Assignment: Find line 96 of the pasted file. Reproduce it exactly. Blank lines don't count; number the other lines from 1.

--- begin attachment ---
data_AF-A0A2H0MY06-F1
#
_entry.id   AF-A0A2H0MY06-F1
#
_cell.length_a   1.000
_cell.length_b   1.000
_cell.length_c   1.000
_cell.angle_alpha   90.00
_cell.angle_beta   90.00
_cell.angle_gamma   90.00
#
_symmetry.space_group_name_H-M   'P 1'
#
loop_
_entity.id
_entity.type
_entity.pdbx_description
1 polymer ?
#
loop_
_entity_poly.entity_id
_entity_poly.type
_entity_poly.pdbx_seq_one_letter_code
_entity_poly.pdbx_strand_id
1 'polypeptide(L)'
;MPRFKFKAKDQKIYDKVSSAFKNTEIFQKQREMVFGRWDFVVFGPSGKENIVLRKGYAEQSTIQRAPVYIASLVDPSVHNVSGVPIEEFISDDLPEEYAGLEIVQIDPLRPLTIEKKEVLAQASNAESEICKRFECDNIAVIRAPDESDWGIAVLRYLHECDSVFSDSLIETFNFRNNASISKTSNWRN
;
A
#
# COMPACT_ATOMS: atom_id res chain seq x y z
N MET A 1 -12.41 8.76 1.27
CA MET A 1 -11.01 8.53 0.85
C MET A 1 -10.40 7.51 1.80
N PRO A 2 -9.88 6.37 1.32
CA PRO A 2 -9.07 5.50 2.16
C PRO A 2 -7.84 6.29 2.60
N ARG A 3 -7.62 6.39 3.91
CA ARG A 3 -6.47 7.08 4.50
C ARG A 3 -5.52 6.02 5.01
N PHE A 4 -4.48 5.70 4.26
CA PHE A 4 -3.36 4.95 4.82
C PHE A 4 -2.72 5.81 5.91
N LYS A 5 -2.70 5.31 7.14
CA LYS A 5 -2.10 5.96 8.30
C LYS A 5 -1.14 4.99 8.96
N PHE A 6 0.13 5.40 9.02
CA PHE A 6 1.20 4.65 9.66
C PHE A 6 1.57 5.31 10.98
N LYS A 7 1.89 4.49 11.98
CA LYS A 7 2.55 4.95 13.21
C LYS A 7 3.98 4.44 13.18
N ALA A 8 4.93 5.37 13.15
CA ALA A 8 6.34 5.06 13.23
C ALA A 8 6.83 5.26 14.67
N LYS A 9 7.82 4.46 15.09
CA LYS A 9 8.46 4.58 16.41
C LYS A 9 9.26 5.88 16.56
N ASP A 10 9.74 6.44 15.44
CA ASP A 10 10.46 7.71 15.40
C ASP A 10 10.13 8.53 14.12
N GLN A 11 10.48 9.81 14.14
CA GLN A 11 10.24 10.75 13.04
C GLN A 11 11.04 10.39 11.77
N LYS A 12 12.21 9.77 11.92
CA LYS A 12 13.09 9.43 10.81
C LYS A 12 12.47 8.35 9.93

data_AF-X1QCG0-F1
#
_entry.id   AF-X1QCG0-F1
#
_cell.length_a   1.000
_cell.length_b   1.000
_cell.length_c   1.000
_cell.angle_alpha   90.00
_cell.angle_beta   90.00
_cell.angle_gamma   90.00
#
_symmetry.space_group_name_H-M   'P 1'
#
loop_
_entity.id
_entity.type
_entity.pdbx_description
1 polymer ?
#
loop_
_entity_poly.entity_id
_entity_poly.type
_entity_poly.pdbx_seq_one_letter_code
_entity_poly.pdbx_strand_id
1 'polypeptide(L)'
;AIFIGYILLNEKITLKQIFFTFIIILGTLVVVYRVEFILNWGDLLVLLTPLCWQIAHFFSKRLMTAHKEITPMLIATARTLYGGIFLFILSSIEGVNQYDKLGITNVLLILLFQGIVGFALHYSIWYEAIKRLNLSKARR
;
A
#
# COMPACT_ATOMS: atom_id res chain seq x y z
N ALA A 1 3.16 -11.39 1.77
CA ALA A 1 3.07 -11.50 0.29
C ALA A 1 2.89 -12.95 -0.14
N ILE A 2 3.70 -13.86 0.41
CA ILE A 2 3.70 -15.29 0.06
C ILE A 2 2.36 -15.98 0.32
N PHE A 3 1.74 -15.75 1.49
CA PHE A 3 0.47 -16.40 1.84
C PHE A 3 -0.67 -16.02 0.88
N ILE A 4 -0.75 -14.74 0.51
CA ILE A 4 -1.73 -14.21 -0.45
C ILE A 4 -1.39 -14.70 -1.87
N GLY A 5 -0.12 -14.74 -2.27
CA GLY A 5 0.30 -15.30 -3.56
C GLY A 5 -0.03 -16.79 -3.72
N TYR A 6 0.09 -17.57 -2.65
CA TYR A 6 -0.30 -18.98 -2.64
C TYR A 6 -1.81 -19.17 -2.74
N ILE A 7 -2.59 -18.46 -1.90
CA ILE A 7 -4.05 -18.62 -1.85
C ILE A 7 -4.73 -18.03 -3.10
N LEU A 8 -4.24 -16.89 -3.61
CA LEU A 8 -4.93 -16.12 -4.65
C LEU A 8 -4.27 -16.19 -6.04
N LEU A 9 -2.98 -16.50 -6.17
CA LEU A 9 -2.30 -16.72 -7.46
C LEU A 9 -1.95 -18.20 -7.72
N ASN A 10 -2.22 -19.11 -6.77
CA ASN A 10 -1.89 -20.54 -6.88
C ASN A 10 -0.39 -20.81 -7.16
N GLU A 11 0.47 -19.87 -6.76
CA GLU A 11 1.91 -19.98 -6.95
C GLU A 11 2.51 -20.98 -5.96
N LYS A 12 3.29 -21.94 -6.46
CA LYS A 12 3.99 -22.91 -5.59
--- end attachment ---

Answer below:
# COMPACT_ATOMS: atom_id res chain seq x y z